DID YOU KNOW?

To satisfy demand from fans of all ages, around 10 million Hot Wheels are produced a week. That adds up to an incredible 519 million Hot Wheels per year! And to get all those Hot Wheels rolling requires around 2 billion wheels annually.

The fact that Chevrolet cars were so prominent and popular in the earliest run of Hot Wheels has somehow enhanced their collectability amongst die-cast devotees. “In the first 16 cars, the Corvette and Camaro are by far the most sought after. If it’s in good condition, you’re talking hundreds of dollars. And that can go up into the thousands if it’s the right, rare color, like pink,” Pascal says. “When I get calls from people saying that they have a car collection for sale, which I get all the time, the first thing I ask is ‘Do you have any Camaros?’”

 

So committed is Pascal to his beloved brands that in 2013 he purchased a life-size version of a Hot Wheels Camaro for his collection—a blue convertible with a black top, part of a limited run created as parade cars for that year’s Indianapolis 500. He’s since sold the car, but Chevrolet made another life-size Hot Wheels Camaro in 2018. To celebrate the brand’s 50th anniversary, this one was painted orange to match the iconic orange racetrack. Most important to Pascal, it came equipped with a very desirable Easter egg. “They gave a set of orange Hot Wheels to everybody who bought that real-life Camaro,” Pascal says. For the man who has every nearly every toy car he desires, this casting has become his own personal unicorn.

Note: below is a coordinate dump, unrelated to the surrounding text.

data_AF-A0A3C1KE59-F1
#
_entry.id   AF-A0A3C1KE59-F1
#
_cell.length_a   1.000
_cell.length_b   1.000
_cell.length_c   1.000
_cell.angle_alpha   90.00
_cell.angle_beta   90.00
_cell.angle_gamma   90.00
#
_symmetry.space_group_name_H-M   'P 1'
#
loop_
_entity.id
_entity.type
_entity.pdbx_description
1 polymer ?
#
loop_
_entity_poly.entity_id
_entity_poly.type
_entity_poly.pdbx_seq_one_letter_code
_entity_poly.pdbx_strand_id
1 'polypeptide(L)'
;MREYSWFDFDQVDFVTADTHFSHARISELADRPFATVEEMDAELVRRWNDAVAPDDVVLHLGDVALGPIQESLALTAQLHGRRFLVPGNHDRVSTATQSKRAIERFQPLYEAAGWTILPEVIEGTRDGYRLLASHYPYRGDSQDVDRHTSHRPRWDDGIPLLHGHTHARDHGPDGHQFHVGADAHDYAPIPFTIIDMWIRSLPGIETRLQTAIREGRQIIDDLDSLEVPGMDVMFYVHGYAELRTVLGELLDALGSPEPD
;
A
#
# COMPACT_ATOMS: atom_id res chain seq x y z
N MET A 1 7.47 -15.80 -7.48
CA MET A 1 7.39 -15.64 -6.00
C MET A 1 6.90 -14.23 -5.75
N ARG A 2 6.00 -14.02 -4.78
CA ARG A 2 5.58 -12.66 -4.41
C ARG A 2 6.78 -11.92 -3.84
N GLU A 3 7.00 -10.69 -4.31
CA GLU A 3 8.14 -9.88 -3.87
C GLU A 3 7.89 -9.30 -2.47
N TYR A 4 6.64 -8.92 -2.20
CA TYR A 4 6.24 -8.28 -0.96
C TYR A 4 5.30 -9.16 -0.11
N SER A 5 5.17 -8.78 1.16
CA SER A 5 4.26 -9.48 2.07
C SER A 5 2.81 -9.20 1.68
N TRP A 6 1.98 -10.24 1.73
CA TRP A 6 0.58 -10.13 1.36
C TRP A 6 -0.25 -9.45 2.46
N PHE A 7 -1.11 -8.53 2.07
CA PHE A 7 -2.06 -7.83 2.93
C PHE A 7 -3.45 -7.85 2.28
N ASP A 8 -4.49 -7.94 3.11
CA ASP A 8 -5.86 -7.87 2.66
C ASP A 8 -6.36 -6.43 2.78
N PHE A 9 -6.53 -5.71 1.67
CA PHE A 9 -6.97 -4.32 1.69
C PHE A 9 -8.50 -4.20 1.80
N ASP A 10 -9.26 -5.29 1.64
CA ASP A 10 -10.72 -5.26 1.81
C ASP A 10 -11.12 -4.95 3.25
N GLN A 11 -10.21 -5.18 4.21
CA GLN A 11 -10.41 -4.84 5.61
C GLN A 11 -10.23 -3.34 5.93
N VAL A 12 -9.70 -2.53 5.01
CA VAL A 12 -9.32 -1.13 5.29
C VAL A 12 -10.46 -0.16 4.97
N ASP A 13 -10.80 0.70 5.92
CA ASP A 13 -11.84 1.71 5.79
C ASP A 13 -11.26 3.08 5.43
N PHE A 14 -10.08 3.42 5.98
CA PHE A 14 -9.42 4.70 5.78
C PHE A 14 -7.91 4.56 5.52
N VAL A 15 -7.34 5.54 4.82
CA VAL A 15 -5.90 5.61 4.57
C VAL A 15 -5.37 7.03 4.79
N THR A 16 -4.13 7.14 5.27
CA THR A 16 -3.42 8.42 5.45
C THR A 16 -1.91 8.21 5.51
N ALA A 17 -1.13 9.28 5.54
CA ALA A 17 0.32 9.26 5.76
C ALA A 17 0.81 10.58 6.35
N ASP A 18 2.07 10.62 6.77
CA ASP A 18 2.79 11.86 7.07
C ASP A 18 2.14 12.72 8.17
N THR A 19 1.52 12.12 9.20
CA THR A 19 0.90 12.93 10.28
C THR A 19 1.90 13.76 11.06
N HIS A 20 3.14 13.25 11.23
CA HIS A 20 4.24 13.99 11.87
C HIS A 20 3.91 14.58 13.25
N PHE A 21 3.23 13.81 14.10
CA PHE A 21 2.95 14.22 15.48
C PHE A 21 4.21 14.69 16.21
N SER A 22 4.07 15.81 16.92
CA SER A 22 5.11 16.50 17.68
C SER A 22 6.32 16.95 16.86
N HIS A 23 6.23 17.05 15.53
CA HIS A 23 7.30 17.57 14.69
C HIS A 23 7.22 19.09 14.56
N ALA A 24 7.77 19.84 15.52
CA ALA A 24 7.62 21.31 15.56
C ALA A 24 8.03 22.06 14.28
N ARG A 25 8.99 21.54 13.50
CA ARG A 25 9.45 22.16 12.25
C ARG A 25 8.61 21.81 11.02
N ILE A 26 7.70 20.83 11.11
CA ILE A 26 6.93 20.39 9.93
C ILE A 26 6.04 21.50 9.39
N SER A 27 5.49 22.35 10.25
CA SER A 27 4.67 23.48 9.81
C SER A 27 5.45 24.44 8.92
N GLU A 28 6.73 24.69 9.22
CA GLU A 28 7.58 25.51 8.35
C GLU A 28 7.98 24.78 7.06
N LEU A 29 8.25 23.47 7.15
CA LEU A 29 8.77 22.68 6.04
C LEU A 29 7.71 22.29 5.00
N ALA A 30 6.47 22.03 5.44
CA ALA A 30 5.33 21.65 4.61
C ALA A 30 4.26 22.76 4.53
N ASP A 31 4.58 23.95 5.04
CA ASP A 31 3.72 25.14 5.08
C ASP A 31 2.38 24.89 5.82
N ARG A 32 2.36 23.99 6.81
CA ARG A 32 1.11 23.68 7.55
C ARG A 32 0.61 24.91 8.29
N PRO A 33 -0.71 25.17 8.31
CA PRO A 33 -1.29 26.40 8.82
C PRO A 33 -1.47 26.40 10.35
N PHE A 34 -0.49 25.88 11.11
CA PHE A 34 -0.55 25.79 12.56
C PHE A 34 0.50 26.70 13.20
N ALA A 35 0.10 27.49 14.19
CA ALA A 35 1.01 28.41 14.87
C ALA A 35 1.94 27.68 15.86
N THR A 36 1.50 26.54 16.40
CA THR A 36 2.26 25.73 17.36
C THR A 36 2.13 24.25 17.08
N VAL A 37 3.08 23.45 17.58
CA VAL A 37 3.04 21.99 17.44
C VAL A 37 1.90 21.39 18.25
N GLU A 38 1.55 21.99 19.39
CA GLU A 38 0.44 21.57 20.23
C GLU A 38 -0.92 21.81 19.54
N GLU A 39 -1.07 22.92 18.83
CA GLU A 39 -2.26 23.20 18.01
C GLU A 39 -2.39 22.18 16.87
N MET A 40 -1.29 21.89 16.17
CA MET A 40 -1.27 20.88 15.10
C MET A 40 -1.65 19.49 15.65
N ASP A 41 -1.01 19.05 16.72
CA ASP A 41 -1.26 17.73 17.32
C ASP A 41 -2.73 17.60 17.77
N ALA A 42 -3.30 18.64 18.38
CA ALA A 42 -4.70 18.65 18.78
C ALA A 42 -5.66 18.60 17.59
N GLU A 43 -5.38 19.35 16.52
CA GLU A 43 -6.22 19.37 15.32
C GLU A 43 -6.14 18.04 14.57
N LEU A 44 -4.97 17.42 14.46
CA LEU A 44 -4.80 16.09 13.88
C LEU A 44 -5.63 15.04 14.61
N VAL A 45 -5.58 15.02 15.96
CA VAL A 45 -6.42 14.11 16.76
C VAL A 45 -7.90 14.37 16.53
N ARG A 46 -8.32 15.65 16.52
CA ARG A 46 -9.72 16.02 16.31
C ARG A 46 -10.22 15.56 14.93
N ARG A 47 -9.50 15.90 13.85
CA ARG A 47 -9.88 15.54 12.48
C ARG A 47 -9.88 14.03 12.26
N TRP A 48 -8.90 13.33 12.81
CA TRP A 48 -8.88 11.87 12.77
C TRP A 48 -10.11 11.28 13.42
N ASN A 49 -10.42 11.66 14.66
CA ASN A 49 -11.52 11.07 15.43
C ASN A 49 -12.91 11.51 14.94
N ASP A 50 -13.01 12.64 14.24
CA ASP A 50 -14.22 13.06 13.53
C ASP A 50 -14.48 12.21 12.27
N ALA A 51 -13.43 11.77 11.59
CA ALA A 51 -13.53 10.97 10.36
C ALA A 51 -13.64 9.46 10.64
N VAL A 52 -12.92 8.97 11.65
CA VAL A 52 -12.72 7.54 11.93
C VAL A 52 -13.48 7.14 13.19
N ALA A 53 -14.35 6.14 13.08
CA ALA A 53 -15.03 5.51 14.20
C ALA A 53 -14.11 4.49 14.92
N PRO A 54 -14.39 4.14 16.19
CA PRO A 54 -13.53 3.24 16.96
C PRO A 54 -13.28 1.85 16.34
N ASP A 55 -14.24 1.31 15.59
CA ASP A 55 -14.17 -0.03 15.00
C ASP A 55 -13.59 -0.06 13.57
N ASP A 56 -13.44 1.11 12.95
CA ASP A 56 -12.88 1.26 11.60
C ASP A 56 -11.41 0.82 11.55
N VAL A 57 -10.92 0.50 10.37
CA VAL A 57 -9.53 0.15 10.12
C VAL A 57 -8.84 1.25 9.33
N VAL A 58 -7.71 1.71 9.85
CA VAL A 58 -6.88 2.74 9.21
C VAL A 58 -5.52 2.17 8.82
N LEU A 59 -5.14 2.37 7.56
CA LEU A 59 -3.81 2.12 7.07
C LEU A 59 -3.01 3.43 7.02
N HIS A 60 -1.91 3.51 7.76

“I have been searching for so long, and I’ve seen people at conventions who bought the car, who proudly display those Hot Wheels. I’ve even offered $500 or more, but they’ll never sell. So …” He pauses for effect, half-joking. “Could you talk to the people at Chevy to find one for me?”

 

STORY: BRETT BERK / PHOTOGRAPHY: JENNY RISHER